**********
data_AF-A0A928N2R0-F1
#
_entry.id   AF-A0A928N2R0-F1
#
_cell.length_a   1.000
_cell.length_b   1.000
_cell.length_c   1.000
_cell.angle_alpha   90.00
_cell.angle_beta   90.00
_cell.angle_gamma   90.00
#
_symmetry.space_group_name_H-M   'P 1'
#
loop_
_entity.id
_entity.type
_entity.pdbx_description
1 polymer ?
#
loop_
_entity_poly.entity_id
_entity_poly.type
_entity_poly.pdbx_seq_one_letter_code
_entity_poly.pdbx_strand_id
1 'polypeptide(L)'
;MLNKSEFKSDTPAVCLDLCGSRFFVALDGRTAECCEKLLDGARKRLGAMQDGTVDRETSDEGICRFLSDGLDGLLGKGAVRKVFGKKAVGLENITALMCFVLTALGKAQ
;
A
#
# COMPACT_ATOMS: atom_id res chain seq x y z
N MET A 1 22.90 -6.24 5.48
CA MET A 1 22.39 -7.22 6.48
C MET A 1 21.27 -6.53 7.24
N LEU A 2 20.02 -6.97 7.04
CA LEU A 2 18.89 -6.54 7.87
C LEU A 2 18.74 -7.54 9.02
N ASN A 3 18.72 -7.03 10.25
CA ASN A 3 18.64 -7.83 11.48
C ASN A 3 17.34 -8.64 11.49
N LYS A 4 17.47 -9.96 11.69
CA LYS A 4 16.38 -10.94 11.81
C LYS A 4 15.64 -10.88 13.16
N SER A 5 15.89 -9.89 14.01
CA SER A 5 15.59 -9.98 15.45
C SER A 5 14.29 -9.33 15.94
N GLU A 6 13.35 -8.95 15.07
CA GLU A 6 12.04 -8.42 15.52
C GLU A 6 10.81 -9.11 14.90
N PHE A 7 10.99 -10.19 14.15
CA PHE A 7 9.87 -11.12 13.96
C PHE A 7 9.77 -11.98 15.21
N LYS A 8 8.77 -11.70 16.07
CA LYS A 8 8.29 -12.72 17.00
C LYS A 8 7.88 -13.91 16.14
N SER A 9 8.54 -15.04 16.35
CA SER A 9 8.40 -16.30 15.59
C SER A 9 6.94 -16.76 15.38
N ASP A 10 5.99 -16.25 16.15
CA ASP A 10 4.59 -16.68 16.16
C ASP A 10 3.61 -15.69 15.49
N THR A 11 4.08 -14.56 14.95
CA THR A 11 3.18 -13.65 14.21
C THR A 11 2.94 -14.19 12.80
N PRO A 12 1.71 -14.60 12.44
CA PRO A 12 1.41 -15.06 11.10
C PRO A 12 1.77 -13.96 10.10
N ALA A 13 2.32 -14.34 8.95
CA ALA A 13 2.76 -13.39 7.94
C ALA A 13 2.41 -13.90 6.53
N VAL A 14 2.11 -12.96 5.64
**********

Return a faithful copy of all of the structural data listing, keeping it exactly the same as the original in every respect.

data_AF-A0A928N2R0-F1
#
_entry.id   AF-A0A928N2R0-F1
#
_cell.length_a   1.000
_cell.length_b   1.000
_cell.length_c   1.000
_cell.angle_alpha   90.00
_cell.angle_beta   90.00
_cell.angle_gamma   90.00
#
_symmetry.space_group_name_H-M   'P 1'
#
loop_
_entity.id
_entity.type
_entity.pdbx_description
1 polymer ?
#
loop_
_entity_poly.entity_id
_entity_poly.type
_entity_poly.pdbx_seq_one_letter_code
_entity_poly.pdbx_strand_id
1 'polypeptide(L)'
;MLNKSEFKSDTPAVCLDLCGSRFFVALDGRTAECCEKLLDGARKRLGAMQDGTVDRETSDEGICRFLSDGLDGLLGKGAVRKVFGKKAVGLENITALMCFVLTALGKAQ
;
A
#
# COMPACT_ATOMS: atom_id res chain seq x y z
N MET A 1 22.90 -6.24 5.48
CA MET A 1 22.39 -7.22 6.48
C MET A 1 21.27 -6.53 7.24
N LEU A 2 20.02 -6.97 7.04
CA LEU A 2 18.89 -6.54 7.87
C LEU A 2 18.74 -7.54 9.02
N ASN A 3 18.72 -7.03 10.25
CA ASN A 3 18.64 -7.83 11.48
C ASN A 3 17.34 -8.64 11.49
N LYS A 4 17.47 -9.96 11.69
CA LYS A 4 16.38 -10.94 11.81
C LYS A 4 15.64 -10.88 13.16
N SER A 5 15.89 -9.89 14.01
CA SER A 5 15.59 -9.98 15.45
C SER A 5 14.29 -9.33 15.94
N GLU A 6 13.35 -8.95 15.07
CA GLU A 6 12.04 -8.42 15.52
C GLU A 6 10.81 -9.11 14.90
N PHE A 7 10.99 -10.19 14.15
CA PHE A 7 9.87 -11.12 13.96
C PHE A 7 9.77 -11.98 15.21
N LYS A 8 8.77 -11.70 16.07
CA LYS A 8 8.29 -12.72 17.00
C LYS A 8 7.88 -13.91 16.14
N SER A 9 8.54 -15.04 16.35
CA SER A 9 8.40 -16.30 15.59
C SER A 9 6.94 -16.76 15.38
N ASP A 10 5.99 -16.25 16.15
CA ASP A 10 4.59 -16.68 16.16
C ASP A 10 3.61 -15.69 15.49
N THR A 11 4.08 -14.56 14.95
CA THR A 11 3.18 -13.65 14.21
C THR A 11 2.94 -14.19 12.80
N PRO A 12 1.71 -14.60 12.44
CA PRO A 12 1.41 -15.06 11.10
C PRO A 12 1.77 -13.96 10.10
N ALA A 13 2.32 -14.34 8.95
CA ALA A 13 2.76 -13.39 7.94
C ALA A 13 2.41 -13.90 6.53
N VAL A 14 2.11 -12.96 5.64